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Travel Risk Assessment – A Beginner’s Guide

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The first step to ensuring your employees are safe and sound abroad or during a business trip is to produce a decent travel risk assessment. If your company’s workers are supposed to travel to high-risk countries, then recognize that you need to reduce risks before travel. For example, this is often the case with executive protection agents and other security industry specialists. They need to know what awaits them.

Two vital steps in designing an appropriate travel risk assessment are the following:

  • Identify the potential risks, and,
  • Manage them.

That’s pretty much all there is to it.

Except it isn’t. Travel risk assessment is an utterly complex topic, which we will endeavor to reduce to its bare essentials.

The Purpose of Travel Risk Assessment

The ultimate aim of a travel risk assessment is to identify any employee threats during travel. Yet, travel risks are regularly changing. Therefore, an evaluation of this kind may cover everything from missing a flight to a global pandemic. Sound familiar?

The sooner your organization performs its travel risk assessment, the better policies and procedures you will establish. The next step in the process is informing your employees about the results of the TRA. After all, it impacts them the most. They have the right to know what could happen to them when traveling to a Third World country or a high-risk mission.

As soon as you identify the risks, now is the time to manage them. To do that, you must take into consideration two main factors:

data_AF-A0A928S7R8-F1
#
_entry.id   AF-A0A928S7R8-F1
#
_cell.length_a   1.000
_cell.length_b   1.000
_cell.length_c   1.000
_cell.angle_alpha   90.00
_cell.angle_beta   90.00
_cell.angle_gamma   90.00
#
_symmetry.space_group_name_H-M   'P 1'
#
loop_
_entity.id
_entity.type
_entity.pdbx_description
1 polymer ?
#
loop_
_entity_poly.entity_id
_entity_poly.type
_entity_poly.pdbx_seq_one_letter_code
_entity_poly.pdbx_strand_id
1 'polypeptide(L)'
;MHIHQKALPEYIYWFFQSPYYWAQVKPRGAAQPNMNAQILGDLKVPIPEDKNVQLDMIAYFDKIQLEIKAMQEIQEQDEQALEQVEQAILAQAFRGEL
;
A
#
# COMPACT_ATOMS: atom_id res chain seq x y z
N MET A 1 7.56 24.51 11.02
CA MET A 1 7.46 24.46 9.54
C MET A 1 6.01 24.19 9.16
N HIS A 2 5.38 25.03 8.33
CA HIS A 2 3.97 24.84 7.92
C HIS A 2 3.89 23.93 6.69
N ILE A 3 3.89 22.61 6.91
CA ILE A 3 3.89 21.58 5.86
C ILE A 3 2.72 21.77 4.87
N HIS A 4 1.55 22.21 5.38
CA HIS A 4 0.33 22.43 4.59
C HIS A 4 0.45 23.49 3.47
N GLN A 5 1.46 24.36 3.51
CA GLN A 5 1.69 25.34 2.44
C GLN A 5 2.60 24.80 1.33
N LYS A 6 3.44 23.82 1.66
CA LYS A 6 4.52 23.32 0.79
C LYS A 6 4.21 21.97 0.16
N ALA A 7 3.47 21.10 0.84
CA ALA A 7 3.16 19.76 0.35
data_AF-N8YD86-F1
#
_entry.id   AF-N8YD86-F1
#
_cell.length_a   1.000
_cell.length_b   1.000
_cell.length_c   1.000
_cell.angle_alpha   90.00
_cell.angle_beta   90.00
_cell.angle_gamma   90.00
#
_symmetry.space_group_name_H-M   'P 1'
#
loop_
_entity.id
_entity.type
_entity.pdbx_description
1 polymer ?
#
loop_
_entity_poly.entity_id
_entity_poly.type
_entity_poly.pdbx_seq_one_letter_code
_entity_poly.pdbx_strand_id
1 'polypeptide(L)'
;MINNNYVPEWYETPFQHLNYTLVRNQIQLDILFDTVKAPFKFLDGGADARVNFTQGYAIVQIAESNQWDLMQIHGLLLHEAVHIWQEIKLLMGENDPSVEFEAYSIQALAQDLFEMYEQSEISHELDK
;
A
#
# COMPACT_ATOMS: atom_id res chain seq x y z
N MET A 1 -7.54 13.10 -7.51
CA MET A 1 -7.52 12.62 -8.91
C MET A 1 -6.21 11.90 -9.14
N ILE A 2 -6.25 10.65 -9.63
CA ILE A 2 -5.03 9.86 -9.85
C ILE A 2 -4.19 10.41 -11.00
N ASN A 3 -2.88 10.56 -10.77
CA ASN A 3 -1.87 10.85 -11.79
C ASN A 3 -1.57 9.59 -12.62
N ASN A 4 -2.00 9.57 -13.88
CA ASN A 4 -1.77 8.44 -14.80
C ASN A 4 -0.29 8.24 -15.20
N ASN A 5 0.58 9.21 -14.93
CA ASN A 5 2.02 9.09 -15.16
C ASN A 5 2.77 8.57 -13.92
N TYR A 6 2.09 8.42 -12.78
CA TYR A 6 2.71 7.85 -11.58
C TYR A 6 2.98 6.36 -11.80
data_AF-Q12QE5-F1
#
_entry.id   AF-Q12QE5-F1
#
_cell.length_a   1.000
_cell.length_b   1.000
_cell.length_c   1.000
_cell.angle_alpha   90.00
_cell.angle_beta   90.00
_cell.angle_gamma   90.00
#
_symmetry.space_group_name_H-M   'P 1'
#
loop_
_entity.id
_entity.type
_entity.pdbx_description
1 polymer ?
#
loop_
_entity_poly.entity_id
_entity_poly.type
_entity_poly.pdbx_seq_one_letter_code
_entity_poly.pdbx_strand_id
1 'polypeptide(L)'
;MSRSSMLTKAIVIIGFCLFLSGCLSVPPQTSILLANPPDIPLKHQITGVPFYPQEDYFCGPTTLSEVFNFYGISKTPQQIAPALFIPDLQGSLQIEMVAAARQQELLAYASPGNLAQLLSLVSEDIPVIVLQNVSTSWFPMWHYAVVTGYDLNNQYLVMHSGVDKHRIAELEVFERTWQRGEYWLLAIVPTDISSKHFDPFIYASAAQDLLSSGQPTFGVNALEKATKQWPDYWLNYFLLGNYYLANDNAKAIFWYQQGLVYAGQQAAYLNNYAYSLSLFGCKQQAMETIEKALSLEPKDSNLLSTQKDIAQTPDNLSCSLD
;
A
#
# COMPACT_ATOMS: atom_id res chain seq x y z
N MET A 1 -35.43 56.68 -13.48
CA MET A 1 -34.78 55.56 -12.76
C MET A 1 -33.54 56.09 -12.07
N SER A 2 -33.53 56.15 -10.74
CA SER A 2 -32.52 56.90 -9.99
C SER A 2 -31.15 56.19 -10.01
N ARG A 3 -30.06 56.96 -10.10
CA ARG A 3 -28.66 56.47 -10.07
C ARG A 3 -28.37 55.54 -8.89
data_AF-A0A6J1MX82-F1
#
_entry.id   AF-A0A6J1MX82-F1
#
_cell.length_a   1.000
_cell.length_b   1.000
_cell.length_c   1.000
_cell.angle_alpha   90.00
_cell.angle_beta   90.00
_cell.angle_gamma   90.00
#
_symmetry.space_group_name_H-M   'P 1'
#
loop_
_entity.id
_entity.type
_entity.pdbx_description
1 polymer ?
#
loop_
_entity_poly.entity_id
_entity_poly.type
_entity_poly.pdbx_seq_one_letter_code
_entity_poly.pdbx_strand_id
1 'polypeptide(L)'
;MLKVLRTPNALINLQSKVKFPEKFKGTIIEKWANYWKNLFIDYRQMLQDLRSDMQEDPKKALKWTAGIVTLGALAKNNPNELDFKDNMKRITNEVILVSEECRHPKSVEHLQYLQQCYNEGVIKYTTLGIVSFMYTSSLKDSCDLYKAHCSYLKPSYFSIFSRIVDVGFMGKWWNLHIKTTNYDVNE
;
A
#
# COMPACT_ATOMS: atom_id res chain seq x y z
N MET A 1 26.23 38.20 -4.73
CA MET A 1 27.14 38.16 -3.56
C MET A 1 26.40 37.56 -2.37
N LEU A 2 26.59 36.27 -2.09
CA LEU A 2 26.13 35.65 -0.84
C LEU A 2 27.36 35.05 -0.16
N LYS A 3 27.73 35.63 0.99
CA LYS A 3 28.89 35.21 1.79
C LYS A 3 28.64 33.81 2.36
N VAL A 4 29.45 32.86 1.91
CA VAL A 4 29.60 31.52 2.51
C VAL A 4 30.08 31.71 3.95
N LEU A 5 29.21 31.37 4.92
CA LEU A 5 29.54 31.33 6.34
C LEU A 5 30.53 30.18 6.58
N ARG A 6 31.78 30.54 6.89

• Likelihood or probability, and,
  • Impact or severity.

Simply put, to make the right decision, you should analyze the balance between probability and severity. For instance, you can tolerate some severe risks if you have limited control over a situation. There could be a violent coup d’état happening in the city your employees are working in. You have zero power to stop it, so you just go with the flow and wait it out.

On the other hand, there could be a probable risk of stomach sickness due to different hygiene practices. However, the impact of that is limited. It’s all a matter of balancing that which you can control and that which you can predict and mitigate beforehand.

Core Components of a Travel Risk Assessment

Three elements play the most important role when an individual employee travels abroad:

  • Traveler patterns: What are the employee’s plans? Will they book a car rental? Consider the travel itinerary and its impacts on the employee. Could somebody recognize their movement patterns?
  • Traveler health: Is the employee sufficiently healthy to undertake the travel? How about allergies or health conditions that could pose a threat on the probability-severity spectrum?
  • Traveler gender: If LGBT employees travel to some parts of the world, they could face assaults or persecution. Generally speaking, female travelers are more likely to fall prey to criminals than other traveler types. Sadly, sexual preferences and gender affiliation still play a dangerous role in some countries.

Travel Risk Assessment

 

Consider the Environment

Of course, not everything depends on the individual, but also on his surroundings. In other words, you need to thoughtfully consider the environment the employee will encounter. And here are the four crucial aspects when it comes to regulating and predicting the environment: